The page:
Thanks to some innovative integration of technologies, this 16.5-by-12.5-foot space morphs into a concert hall when someone loads a concert DVD into the player, and simulates the environment of a video game that’s spinning in the Microsoft Kinect gaming system.
“This room isn’t just about passively watching video games and movies,” says custom electronic (CE) professional John Lattion of Creative TSI, Calgary, Alberta Canada.“It’s about truly experiencing those video games and movies … in a whole new, realistic way.”
For demonstration purposes in this Astoria Custom Homes showhome at the Street of Dreams event, Lattion and his team designed a special GOLF button on an Elan g! touchpanel, intended for a user to press after he loads Tiger Woods PGA Tour 13 into the Kinect gaming console. On this command, all of the green LED lights in the room activate, making the space look at feel like a golf course. During Dance Central, various disco lights pulse to the beat of the music. According to Lattion, scenes for every gaming title in the library of the future owner of this $2.6 million house can be designed and programmed into the Elan g! system.
The g! system, combined with clever custom programming, is also capable of turning the room into a concert venue. Currently, the system mimics the live recording of the Blu-ray Disc Adele Live at Royal Albert Hall. After a user loads the disc and presses RITD (short for Adele’s single, “Rolling in the Deep,”) or a generic CONCERT button, a fog machine emits a light mist through a small porthole in the wall and lights move in sync to the effects on stage. “It’s very immersive, making it a much more powerful experience,” says Lattion.
The design of the room—not just the technology—was critical to experience, as well. The 151-inch Da-Lite Cinema Contour screen covers the entire front wall, and a Runco LS-HB video projector was mounted behind it so that the fog and lights wouldn’t interfere with its performance. A La-Lite RPM (Rear Projection Mirror) System allows the giant 151-inch image to be generated within a 10-foot-deep space behind the screen (see photo below). And with no traditional home theater seats to step around when interacting with a video game, there is plenty of space for gamers to jump, dance and spin.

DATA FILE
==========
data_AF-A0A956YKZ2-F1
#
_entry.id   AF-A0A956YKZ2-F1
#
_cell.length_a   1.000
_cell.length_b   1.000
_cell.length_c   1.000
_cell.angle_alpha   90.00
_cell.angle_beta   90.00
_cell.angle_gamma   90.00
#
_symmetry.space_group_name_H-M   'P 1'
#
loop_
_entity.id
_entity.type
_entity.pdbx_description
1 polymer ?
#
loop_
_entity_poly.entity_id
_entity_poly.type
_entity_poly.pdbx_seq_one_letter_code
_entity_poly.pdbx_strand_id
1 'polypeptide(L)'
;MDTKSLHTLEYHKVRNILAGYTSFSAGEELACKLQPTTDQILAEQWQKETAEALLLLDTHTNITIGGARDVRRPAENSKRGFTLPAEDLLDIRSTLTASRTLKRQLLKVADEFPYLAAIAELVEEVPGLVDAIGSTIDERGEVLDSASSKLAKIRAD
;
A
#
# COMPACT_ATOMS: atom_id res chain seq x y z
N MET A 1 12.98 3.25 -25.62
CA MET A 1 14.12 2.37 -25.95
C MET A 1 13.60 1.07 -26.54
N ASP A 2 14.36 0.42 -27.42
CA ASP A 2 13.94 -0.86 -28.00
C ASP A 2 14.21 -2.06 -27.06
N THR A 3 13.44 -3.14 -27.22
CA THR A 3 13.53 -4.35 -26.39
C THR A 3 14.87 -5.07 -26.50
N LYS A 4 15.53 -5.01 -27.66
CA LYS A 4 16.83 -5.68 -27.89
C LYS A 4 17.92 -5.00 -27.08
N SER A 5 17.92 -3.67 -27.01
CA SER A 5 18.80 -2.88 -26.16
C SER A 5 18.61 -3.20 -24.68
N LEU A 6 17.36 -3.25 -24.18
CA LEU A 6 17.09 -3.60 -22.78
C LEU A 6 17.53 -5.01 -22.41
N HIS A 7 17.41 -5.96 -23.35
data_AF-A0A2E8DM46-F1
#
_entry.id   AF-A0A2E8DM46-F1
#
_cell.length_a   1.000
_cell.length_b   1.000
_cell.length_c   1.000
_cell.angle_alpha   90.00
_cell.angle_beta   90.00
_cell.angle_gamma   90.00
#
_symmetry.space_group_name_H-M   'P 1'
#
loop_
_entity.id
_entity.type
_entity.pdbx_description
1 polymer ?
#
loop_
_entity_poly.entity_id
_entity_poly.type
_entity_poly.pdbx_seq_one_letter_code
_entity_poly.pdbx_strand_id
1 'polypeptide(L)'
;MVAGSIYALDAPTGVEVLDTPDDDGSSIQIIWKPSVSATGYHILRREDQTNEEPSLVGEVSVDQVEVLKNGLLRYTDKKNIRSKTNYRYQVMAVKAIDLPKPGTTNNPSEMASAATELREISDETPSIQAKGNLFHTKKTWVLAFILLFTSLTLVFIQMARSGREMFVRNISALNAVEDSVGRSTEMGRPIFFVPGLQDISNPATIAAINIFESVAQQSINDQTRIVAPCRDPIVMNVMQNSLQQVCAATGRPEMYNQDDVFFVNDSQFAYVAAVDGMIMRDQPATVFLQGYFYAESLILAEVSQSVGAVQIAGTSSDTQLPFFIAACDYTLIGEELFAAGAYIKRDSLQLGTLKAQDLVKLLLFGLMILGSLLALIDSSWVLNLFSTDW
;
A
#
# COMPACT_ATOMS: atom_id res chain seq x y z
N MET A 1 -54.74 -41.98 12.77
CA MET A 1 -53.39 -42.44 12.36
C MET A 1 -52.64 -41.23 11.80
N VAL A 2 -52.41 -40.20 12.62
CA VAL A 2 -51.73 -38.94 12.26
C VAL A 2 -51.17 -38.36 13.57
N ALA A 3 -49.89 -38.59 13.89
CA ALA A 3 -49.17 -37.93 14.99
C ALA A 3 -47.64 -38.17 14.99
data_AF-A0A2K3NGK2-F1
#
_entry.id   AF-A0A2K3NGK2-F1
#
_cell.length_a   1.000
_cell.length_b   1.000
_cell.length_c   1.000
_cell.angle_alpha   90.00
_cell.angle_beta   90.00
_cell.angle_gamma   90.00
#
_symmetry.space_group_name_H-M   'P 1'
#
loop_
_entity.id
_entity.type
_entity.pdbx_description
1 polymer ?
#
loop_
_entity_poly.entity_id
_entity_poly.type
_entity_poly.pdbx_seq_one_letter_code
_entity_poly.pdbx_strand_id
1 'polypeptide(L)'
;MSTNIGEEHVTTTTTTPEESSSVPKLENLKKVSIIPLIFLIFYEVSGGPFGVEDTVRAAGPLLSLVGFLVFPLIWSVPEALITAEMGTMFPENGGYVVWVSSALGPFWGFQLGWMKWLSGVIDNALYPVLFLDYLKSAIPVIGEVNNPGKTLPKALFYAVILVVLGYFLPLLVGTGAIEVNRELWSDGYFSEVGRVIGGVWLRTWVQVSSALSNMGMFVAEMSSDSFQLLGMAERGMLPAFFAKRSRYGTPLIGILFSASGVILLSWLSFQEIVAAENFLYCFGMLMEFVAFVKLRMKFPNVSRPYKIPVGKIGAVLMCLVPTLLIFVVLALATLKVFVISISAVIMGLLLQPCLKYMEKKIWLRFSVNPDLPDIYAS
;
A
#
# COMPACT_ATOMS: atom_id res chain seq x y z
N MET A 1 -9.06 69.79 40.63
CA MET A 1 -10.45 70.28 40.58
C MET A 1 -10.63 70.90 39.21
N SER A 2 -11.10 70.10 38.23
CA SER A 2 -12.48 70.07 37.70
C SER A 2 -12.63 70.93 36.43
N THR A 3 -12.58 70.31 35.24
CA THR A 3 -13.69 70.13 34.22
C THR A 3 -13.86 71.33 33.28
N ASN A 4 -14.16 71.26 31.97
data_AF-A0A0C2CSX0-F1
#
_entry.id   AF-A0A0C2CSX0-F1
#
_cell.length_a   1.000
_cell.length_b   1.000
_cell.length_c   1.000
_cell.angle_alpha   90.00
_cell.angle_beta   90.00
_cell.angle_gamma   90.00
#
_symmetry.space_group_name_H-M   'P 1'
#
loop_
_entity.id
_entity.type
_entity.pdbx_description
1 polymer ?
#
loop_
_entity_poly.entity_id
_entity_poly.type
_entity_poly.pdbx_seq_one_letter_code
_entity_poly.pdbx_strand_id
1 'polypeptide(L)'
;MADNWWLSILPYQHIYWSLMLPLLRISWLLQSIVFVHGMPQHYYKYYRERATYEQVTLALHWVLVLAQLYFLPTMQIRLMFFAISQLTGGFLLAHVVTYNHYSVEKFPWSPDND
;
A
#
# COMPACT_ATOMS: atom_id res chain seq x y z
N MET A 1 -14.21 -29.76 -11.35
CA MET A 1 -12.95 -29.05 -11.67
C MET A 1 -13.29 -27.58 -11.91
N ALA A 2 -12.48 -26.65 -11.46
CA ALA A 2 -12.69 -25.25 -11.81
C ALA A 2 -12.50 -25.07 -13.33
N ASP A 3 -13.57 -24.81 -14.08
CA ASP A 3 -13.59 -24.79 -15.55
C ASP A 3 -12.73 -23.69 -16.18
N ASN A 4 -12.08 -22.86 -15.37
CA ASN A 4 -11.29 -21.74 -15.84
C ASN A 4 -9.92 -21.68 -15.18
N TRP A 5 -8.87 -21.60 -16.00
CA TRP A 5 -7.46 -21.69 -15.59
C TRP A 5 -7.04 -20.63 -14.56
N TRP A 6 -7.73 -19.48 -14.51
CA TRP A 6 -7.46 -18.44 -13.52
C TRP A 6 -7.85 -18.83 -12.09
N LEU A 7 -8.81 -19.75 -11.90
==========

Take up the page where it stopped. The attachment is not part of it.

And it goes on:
Also breaking tradition are the Monitor Audio speakers, which are part of a 3000-watt sound system. “In a conventional theater, you’d see speakers on the floor or in the walls—never in the ceiling like they are in this room,” Lattion explains. It’s just one more step his company took keep the floor clear for lots of fog, lighting effects and movement.
Sonance LaunchPort Snaps Room to Attention
It doesn’t take much to get this virtual reality room to ready for action. The simple action of docking an iPad2 onto Sonance’s LaunchPort system in the wall triggers the colored LED lights, audio system, Kinect gaming console, Runco video projector and fog machine. Removing the iPad2 from the dock puts the room to sleep, turning off all of the equipment. The Sonance LaunchPort dock, along with a companion iPad2 sleeve, employs magnets to hold the iPad 2 in place, where its batteries are automatically charged. Creative TSI attached a sensor to these magnets, so that when contact between the sleeve and dock are made, a signal is transmitted to an Elan g! home automation system, which in turn activates the gear that make this room spring to life.
Should TV manufacturers offer dumbed-down TVs that focus on image quality rather than apps?
Could Ford Be at the Center of the Connected Home?
Lively Sensors Help You Keep Tabs on Eldery Loved Ones
Integra Puts WiFi and Bluetooth into New AV Receiver
Bang & Olufsen Packs Style into Surround System